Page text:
The easiest skill to teach a dog is to wake the owner up when an alarm clock rings because the dog is rewarded with food as well as attention from their owner, Granger explained.

"The client lays on the bed with a treat, and we set the alarm to go off," Granger said. "The dog touches the owner to wake them up, and then receives the treat. Gradually, they stop needing treats."

Training service dogs is a much more complicated process Granger explained.

Most are donated by reputable breeders, then cared for by puppy raisers that socialize the dogs and teach them basic obedience skills. After that, the dogs enter foster homes for additional training then go to the HSDM facility for the rest of their training.

Fully-trained service dogs are about 18 months old and ready to be placed with a client. HSDM matches each dog to a client, and the pair works with a trainer for another four to six weeks.

As a trainer, Granger meets with a client and service dog team multiple times a week for about three months to suggest training activities and make sure they are working well together.

"I help out here because HSDM doesn't have enough trainers out in the rural areas," Granger said. "I can't even imagine one handicapped person being denied access to a hearing or service dog because they couldn't find someone to help train the team.

"It's so rewarding for me to see these dogs become part of a team, and my clients gain independence and freedom."

In addition to the four dogs she owns, Granger and a close friend also tend to a small flock of sheep on her hobby farm.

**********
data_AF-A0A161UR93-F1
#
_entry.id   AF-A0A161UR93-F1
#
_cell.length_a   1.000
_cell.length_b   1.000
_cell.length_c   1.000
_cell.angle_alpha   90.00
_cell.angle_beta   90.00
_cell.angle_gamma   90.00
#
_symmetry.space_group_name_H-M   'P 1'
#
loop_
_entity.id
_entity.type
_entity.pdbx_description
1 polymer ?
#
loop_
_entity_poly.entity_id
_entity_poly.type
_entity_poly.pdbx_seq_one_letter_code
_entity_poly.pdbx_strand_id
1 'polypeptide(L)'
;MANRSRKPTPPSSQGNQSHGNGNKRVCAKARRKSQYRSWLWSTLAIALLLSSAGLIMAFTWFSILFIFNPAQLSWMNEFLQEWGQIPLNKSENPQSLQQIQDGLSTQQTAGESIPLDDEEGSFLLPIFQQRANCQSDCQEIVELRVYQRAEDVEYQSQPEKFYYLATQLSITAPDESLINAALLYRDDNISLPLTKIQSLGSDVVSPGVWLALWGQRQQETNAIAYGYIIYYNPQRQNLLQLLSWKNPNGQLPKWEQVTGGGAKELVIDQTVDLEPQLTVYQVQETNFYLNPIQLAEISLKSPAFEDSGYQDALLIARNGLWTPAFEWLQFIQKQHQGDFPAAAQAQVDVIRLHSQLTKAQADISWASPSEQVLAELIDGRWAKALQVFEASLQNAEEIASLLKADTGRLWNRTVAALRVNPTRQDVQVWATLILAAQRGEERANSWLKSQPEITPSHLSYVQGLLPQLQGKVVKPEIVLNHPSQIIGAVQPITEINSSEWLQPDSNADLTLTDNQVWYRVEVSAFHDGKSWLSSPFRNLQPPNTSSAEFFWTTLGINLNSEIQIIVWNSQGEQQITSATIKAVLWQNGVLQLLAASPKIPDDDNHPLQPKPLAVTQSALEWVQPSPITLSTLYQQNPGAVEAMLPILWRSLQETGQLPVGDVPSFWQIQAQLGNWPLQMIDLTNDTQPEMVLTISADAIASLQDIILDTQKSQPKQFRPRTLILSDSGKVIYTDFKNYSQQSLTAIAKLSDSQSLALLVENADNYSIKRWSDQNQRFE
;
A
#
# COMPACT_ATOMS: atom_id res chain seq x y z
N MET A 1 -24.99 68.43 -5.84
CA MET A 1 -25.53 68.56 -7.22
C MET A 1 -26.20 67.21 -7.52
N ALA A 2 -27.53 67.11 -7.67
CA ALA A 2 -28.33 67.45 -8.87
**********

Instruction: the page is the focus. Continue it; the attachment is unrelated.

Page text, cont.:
"When I first moved to the farm, I needed some way to mow my grass," she laughed.

Granger went to the WCROC and got two sheep -- Lawnboy and Snapper. The flock gradually grew, and now is at 10 ewes and one ram. Each year, they raise lambs which they then sell in the area.

As if that still isn't enough to keep her busy, Granger also enjoys gardening, and working with Pope County Pheasant Restoration, a non-profit organization that promotes the local pheasant population through conservation practices.

I usually end each Sunspot interview by asking if there is anything else about them that the interviewee thinks is important that I haven't asked about yet.

Instead of saying anything about herself, Sarah mentioned both her sister and brother, and commented that Kate was a talented pheasant hunting dog.

"She's a great swimmer," Sarah said. "The only time she gets in trouble is when she hits a steep bank -- she can't pull herself up on two legs."

After another round of petting for Kate as Sarah grabbed her coat and chatted with the office staff again, the two headed home to finally get some lunch.